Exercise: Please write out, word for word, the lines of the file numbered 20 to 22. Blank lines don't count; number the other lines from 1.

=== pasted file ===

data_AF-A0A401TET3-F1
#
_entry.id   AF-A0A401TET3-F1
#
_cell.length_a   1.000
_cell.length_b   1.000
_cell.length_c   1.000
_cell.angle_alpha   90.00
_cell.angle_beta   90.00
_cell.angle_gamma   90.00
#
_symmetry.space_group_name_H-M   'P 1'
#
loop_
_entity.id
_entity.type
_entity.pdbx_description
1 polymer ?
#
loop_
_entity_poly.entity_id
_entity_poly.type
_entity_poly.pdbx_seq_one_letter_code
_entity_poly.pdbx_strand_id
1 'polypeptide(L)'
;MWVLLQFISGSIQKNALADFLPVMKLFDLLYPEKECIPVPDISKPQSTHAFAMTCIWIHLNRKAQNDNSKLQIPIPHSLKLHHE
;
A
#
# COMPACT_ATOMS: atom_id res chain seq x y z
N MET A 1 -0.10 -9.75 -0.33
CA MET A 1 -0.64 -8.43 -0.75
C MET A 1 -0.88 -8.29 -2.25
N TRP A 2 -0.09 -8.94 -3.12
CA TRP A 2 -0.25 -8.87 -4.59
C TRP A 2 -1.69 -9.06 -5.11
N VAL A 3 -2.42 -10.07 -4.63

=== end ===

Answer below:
loop_
_entity_poly.entity_id
_entity_poly.type